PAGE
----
Hernia is the abnormal squeezing out of an organ or fatty tissue through a weak spot of the wall of the cavity where it normally resides. A hernia can be caused by pressure and a weakness or opening of the muscle or fascia where the pressure pushes the organ or tissue through the weak spot or opening. Anything that cause an increase in pressure in the abdomen can cause hernia, which may include coughing or sneezing persistently, constipation or diarrhea, lifting heavy objects, etc. Poor nutrition, smoking, obesity are some factors that can cause muscle weakness and make hernias more likely. Other risk factors for hernia include COPD, pregnancy, peritoneal dialysis, etc.
Hernias most commonly develop in the abdomen, specifically the groin. A weakness in the abdominal wall can evolve into a localized hole or defect, and through this defect the abdominal organs or adipose tissue may protrude. Hernias can be of different types. Hernias may not be life threatening, but they don't go away unless treated. Hernia surgery may be required to prevent potentially dangerous complications.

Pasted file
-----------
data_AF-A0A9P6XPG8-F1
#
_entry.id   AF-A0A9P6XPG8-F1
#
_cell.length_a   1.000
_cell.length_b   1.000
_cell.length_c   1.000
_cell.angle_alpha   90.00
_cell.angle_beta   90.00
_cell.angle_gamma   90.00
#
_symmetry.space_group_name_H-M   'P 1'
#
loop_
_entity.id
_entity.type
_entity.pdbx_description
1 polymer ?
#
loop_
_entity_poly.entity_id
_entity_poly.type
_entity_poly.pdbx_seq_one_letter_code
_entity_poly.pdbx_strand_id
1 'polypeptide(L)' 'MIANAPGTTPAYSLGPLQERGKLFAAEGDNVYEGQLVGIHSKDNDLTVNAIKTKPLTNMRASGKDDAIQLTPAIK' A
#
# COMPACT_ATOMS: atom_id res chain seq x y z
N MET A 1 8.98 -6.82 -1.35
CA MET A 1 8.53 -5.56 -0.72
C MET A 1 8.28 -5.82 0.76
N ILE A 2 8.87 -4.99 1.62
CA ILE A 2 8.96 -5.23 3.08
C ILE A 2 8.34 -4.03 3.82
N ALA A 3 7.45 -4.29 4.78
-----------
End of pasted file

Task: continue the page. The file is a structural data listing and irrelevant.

In Laparoscopic Surgery or Keyhole Surgery the surgeon uses an instrument called a laparoscope. The laparoscope is a thin instrument that uses light at the end of the scope. The laparoscope is passed through small incisions (two to four) made at the abdominal wall. As opposed to Conventional surgery or open surgery, where a large cut is made at the abdominal wall, laparoscopic surgery or keyhole surgery uses very small incisions, and hence the name Keyhole Surgery. It is also called Minimal Access Surgery or Minimally Invasive Surgery
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